“We must ultimately strive to prioritize the concerns of the community and address systemic inequities from our position of power as best we can,” according to the report.
A recent press release from the Rhode Island Office of Energy Resources (OER) applauds Gov. Gina Raimondo for having the study done. Now that Raimondo is leaving for a job in the Biden administration, the fate of this project and other climate-related initiatives is unclear.
Even though the Jan. 13 press release says the new report “details analysis and pathways to reach that bold, but achievable goal” — meeting 100 percent of Rhode Island’s electricity demand with renewables by 2030 — there are no immediate plans to advance the recommendations in The Brattle Group report.
OER director Nicholas Ucci said the information is public and available to policymakers and stakeholders to use. Some efforts are already underway, he noted, such as a draft request for proposal for up to 600 megawatts of offshore wind energy.
The Brattle Group report cost $355,000 and was paid for by OER. The 11-member agency is funded by the system benefits charge paid by electricity ratepayers.
When asked how the change of leadership in the governor’s office might influence the plan, OER spokesperson Robert Beadle said, “We are not at liberty to comment on the governor’s transition at this time.”
The Brattle Group report contrasts costs of each portfolio with economic benefits. Energy prices, according to the report, can be controlled by procuring power directly from competitive bidding. Costs can be reduced through regional sharing of expenses, and by adopting demand-management systems and expanding energy storage.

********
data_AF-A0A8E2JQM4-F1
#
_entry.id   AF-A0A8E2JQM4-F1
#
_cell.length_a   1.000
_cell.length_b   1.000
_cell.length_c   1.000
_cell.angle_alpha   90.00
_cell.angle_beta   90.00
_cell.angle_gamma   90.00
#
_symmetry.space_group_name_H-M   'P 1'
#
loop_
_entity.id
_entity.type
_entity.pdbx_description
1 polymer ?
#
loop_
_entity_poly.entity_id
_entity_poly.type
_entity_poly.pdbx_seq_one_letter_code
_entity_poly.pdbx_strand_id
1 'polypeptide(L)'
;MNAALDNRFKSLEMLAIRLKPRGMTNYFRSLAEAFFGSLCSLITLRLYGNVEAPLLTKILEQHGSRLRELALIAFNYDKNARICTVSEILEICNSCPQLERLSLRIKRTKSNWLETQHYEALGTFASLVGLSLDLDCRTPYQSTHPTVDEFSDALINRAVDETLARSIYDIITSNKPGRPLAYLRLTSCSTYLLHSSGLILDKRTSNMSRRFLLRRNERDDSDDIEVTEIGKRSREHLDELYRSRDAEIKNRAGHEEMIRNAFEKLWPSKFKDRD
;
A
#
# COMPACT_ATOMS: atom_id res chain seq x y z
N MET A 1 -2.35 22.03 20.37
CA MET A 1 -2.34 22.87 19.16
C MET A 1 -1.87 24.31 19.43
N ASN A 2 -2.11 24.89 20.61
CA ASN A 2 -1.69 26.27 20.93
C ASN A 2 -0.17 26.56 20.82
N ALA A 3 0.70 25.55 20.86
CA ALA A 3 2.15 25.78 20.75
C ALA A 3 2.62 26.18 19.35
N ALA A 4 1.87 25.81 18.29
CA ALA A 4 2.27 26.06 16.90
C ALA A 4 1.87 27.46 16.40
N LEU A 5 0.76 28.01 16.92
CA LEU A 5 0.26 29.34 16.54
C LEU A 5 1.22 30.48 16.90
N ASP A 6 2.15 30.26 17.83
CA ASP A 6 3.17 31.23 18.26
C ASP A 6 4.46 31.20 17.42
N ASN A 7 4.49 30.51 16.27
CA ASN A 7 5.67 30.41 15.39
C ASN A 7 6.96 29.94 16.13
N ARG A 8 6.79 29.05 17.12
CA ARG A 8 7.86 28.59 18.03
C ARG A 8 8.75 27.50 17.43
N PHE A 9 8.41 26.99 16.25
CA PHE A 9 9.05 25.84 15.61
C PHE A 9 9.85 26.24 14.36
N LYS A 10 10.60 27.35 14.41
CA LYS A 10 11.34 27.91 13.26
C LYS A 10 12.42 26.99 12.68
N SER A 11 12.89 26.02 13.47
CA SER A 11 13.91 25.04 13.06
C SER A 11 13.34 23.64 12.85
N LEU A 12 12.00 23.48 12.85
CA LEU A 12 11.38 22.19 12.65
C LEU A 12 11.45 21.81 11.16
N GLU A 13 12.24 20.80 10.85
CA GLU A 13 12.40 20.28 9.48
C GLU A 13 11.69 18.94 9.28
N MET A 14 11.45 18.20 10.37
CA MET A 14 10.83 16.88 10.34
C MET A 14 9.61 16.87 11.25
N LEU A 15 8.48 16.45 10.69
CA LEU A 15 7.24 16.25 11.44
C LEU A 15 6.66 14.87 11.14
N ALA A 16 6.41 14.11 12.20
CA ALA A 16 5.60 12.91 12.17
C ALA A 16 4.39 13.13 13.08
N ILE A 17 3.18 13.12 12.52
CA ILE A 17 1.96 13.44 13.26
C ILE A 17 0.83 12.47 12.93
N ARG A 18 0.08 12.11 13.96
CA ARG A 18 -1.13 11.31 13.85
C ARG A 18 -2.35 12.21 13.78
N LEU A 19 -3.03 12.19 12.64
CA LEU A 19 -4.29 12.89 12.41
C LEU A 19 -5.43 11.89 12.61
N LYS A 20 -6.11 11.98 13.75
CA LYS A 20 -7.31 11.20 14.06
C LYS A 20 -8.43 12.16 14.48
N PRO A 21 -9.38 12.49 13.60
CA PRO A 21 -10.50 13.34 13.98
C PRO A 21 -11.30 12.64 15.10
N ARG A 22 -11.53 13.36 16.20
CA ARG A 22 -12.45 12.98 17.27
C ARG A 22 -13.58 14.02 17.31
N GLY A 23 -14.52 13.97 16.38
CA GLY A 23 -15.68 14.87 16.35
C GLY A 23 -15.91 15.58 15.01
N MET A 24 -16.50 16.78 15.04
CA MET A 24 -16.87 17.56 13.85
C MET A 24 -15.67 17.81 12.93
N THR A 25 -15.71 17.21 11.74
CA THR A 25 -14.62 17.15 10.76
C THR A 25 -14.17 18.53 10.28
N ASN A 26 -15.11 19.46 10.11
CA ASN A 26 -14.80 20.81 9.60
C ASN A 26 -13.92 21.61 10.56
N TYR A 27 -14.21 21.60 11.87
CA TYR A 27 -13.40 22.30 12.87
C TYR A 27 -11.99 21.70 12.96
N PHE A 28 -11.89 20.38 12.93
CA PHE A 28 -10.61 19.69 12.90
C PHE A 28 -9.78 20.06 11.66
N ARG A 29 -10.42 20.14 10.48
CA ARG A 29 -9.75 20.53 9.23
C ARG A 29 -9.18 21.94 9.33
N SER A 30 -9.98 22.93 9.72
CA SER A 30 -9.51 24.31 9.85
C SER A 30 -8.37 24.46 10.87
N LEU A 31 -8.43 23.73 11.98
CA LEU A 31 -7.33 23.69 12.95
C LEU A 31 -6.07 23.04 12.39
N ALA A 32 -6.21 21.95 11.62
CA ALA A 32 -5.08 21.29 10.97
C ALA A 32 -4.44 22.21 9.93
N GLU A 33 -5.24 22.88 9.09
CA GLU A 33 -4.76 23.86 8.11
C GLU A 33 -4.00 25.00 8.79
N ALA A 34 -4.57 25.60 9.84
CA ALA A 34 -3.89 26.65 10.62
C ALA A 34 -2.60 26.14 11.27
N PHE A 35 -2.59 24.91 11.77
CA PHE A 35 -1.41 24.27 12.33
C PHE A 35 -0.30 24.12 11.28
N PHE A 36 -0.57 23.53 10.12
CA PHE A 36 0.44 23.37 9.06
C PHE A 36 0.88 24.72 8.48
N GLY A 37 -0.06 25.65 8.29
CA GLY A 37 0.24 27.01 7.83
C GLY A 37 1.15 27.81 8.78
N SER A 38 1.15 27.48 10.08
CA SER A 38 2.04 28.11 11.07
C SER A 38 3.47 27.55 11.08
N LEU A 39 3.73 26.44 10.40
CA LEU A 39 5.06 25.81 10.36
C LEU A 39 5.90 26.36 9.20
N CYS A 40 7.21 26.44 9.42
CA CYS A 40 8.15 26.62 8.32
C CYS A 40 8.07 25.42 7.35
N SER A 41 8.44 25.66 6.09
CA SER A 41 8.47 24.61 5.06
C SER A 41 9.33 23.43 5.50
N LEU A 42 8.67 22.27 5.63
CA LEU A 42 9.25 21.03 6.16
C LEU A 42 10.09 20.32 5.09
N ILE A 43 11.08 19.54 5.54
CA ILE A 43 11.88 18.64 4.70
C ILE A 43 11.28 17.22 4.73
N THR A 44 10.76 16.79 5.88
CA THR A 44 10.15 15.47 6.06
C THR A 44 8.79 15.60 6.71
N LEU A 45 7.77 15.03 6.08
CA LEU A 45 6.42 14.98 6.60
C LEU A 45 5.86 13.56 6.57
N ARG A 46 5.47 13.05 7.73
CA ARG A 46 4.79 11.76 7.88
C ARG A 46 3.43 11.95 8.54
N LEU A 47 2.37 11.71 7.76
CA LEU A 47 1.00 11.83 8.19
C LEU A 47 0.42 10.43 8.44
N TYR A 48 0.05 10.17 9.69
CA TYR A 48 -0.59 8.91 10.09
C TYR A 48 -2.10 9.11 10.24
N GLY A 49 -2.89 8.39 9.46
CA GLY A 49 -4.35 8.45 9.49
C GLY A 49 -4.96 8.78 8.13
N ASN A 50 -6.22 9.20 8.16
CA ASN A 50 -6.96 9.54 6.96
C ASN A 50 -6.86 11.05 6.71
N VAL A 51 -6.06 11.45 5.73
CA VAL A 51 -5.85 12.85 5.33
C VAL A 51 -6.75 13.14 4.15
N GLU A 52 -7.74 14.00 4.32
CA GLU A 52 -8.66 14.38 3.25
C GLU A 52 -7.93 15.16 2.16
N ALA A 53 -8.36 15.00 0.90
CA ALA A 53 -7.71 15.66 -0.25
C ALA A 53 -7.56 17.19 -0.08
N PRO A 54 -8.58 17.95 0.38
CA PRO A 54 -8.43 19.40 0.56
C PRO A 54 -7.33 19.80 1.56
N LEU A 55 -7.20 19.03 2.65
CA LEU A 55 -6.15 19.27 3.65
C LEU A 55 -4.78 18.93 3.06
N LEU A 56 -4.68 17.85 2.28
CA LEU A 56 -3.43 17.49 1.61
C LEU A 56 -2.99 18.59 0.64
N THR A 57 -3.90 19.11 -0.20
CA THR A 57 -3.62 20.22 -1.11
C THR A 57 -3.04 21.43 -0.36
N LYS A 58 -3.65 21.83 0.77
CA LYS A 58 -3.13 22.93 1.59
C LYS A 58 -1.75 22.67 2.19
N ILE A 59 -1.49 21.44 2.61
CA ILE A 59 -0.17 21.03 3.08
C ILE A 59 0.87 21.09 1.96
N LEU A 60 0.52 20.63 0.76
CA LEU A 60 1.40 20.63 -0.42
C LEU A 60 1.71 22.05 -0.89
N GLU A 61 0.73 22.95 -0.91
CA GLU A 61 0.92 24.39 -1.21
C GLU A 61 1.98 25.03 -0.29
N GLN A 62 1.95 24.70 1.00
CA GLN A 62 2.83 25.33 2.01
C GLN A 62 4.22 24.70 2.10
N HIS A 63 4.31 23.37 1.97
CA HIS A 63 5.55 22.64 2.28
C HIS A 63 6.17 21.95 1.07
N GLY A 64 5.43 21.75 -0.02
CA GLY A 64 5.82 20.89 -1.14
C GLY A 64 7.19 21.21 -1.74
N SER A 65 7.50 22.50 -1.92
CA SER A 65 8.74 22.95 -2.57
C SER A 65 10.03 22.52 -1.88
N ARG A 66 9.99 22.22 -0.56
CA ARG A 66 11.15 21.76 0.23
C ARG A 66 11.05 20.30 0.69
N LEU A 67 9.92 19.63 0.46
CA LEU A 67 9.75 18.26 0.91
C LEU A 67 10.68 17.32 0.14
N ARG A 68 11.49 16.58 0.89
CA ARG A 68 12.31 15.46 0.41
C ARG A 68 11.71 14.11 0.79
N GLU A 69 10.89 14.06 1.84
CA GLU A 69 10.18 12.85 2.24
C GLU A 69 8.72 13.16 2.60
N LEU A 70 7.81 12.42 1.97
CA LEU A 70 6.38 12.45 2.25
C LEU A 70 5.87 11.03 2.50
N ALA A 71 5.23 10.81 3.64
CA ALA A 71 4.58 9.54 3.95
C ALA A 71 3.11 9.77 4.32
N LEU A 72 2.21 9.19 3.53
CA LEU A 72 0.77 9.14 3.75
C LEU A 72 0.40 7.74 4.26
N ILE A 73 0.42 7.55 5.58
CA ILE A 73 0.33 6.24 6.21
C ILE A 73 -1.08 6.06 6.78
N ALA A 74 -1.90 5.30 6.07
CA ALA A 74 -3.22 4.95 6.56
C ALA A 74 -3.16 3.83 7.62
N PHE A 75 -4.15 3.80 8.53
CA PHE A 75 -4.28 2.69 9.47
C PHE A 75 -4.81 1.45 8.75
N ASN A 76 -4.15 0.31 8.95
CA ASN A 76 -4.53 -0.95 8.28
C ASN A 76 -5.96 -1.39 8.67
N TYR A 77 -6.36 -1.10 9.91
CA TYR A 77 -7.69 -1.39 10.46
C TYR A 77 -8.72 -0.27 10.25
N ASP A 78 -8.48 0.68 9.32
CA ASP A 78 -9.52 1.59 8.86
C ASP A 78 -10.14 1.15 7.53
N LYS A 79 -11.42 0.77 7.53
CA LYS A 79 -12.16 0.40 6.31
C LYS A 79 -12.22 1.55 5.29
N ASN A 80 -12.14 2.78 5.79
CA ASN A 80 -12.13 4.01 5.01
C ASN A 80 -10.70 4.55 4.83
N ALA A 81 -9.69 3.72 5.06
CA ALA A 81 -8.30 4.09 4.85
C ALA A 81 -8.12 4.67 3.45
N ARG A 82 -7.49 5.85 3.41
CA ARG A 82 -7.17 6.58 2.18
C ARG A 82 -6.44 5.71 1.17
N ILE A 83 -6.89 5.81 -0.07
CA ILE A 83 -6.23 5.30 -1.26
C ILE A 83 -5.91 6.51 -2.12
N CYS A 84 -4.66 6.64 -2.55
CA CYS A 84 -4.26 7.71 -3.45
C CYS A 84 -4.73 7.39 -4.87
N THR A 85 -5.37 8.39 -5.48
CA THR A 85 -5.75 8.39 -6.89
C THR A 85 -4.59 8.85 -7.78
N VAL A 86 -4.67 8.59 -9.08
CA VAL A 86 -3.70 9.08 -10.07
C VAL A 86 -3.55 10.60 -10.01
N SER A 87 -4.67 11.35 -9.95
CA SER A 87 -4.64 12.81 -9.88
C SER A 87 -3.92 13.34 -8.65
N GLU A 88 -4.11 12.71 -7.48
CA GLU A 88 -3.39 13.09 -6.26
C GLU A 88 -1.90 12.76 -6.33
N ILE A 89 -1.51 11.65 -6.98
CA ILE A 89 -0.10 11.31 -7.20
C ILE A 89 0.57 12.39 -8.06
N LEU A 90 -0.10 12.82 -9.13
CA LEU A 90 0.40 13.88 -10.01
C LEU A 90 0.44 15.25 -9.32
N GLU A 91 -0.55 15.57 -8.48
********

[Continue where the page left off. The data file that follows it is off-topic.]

National Grid has suggested that the report pay more attention to the implications of having too much renewable energy in the region. A Nov. 6, 2020 letter noted that renewable-energy projections by the regional grid operator, ISO New England, have consistently underestimated the amount of renewable power coming to the grid, a surge that may get much worse with the influx of offshore wind energy. This creates two problems: excess unused energy that forces temporary usage of fossil-fuel power and higher costs for expanding the transmission system and expenses for interconnecting renewable sources to the power grid.
The Brattle Group responds in the report by noting that the state should work through a 2017 directive by Raimondo asking state energy offices to collaborate to control the long-term costs of the power sector transformation. This included offering more energy options and building a flexible grid to integrate more renewables.
“These investments can reduce the cost of maintaining the electric grid and can allow more distributed energy resources to connect to the grid with less-expensive system upgrades,” according to The Brattle Group.
Environmental groups support the recommendations outlined in last month’s report but worry that the ideas will collect dust like last year’s report on heating sector transformation, also done by The Brattle Group.
“The Road to 2030 could be an exciting initiative — if this study is accompanied by a detailed plan of immediate action from (OER),” according to a letter signed by the Acadia Center, the Audubon Society of Rhode Island, the Green Energy Consumers Alliance, and The Nature Conservancy. “Making a commitment to decarbonization is not the same as doing the work and passing the necessary policies to make it happen.”
The renewable-energy advocacy group Northeast Clean Energy Council (NECEC) advocates for planning beyond 2030, when energy demand will be much greater, with an increased emphasis on energy storage to address the intermittency of wind and solar power.
“Driving in-state deployment will give Rhode Island greater control over its clean-energy destiny and will be especially crucial in delivering local benefits to environmental-justice populations that all too often bear a greater burden from local pollution and lack access to the economic benefits of clean energy,” according to NECEC.